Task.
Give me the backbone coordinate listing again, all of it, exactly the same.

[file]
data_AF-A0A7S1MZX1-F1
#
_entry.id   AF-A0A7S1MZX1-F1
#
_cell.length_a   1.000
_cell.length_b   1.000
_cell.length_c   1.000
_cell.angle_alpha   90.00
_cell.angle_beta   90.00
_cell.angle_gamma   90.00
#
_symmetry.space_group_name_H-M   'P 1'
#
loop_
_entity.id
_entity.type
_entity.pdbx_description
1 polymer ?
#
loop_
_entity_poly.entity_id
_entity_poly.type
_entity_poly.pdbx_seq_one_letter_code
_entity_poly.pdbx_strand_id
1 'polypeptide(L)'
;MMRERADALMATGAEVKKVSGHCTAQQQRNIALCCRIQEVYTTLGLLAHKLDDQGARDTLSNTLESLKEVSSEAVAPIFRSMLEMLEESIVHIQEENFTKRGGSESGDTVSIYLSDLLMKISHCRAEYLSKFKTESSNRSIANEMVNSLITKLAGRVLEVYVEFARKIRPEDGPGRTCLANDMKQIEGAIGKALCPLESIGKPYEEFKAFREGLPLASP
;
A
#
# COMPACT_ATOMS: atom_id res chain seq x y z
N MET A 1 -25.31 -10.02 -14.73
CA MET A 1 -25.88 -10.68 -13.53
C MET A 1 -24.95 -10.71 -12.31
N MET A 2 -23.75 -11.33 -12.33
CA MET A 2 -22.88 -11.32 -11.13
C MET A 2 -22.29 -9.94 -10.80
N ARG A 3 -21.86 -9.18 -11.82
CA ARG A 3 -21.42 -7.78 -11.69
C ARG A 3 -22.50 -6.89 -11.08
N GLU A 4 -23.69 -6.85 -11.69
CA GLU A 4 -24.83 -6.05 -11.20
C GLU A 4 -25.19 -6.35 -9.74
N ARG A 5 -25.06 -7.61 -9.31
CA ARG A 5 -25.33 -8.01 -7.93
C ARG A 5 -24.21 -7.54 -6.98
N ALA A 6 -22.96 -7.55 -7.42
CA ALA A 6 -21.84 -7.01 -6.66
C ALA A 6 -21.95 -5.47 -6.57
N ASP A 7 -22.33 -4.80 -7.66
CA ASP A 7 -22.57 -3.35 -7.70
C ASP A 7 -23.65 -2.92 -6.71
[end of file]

data_AF-A0A7S1MZX1-F1
#
_entry.id   AF-A0A7S1MZX1-F1
#
_cell.length_a   1.000
_cell.length_b   1.000
_cell.length_c   1.000
_cell.angle_alpha   90.00
_cell.angle_beta   90.00
_cell.angle_gamma   90.00
#
_symmetry.space_group_name_H-M   'P 1'
#
loop_
_entity.id
_entity.type
_entity.pdbx_description
1 polymer ?
#
loop_
_entity_poly.entity_id
_entity_poly.type
_entity_poly.pdbx_seq_one_letter_code
_entity_poly.pdbx_strand_id
1 'polypeptide(L)'
;MMRERADALMATGAEVKKVSGHCTAQQQRNIALCCRIQEVYTTLGLLAHKLDDQGARDTLSNTLESLKEVSSEAVAPIFRSMLEMLEESIVHIQEENFTKRGGSESGDTVSIYLSDLLMKISHCRAEYLSKFKTESSNRSIANEMVNSLITKLAGRVLEVYVEFARKIRPEDGPGRTCLANDMKQIEGAIGKALCPLESIGKPYEEFKAFREGLPLASP
;
A
#
# COMPACT_ATOMS: atom_id res chain seq x y z
N MET A 1 -25.31 -10.02 -14.73
CA MET A 1 -25.88 -10.68 -13.53
C MET A 1 -24.95 -10.71 -12.31
N MET A 2 -23.75 -11.33 -12.33
CA MET A 2 -22.88 -11.32 -11.13
C MET A 2 -22.29 -9.94 -10.80
N ARG A 3 -21.86 -9.18 -11.82
CA ARG A 3 -21.42 -7.78 -11.69
C ARG A 3 -22.50 -6.89 -11.08
N GLU A 4 -23.69 -6.85 -11.69
CA GLU A 4 -24.83 -6.05 -11.20
C GLU A 4 -25.19 -6.35 -9.74
N ARG A 5 -25.06 -7.61 -9.31
CA ARG A 5 -25.33 -8.01 -7.93
C ARG A 5 -24.21 -7.54 -6.98
N ALA A 6 -22.96 -7.55 -7.42
CA ALA A 6 -21.84 -7.01 -6.66
C ALA A 6 -21.95 -5.47 -6.57
N ASP A 7 -22.33 -4.80 -7.66
CA ASP A 7 -22.57 -3.35 -7.70
C ASP A 7 -23.65 -2.92 -6.71